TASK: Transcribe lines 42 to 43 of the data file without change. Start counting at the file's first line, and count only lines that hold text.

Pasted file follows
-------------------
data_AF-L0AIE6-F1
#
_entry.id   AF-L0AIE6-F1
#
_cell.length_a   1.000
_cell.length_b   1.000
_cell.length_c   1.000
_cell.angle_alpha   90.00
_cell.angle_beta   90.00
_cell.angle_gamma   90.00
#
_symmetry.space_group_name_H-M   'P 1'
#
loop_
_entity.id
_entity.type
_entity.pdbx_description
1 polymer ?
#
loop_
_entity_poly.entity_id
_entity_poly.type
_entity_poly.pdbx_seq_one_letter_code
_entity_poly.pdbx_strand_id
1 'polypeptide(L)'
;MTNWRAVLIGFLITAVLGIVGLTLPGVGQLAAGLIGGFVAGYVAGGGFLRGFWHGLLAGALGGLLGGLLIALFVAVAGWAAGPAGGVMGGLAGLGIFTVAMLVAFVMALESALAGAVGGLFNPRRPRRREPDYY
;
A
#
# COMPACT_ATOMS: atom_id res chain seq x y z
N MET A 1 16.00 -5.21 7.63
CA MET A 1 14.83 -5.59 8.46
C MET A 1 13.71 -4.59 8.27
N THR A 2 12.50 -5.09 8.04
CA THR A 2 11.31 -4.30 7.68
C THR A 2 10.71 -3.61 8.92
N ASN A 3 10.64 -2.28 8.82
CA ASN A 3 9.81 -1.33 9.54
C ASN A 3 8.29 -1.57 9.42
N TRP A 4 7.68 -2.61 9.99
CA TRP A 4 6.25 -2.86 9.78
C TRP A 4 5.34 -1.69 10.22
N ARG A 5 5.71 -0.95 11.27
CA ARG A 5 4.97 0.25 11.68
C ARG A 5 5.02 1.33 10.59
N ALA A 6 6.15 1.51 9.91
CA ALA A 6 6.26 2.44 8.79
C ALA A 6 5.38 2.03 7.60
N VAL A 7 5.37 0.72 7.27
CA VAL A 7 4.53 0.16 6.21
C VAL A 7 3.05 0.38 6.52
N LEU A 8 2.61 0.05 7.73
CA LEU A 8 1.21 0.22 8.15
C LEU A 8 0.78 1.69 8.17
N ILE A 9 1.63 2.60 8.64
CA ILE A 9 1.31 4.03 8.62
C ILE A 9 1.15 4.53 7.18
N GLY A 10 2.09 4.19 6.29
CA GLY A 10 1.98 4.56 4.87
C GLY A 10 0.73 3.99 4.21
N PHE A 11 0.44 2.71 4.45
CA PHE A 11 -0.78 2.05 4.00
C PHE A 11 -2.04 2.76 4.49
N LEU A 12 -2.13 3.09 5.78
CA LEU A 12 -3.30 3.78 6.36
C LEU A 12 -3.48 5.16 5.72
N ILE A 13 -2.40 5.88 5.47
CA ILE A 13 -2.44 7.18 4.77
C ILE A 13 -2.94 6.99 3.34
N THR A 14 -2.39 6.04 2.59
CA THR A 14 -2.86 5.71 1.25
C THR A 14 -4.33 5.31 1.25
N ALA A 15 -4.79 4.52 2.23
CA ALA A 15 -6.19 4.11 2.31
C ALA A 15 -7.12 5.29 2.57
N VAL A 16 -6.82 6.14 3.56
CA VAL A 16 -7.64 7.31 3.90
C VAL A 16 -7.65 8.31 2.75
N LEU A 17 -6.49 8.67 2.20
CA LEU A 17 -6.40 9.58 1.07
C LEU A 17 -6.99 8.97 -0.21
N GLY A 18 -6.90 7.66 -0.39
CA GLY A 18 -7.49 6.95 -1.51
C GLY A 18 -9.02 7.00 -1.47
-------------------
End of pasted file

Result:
C TRP A 4 5.34 -1.69 10.22
N ARG A 5 5.71 -0.95 11.27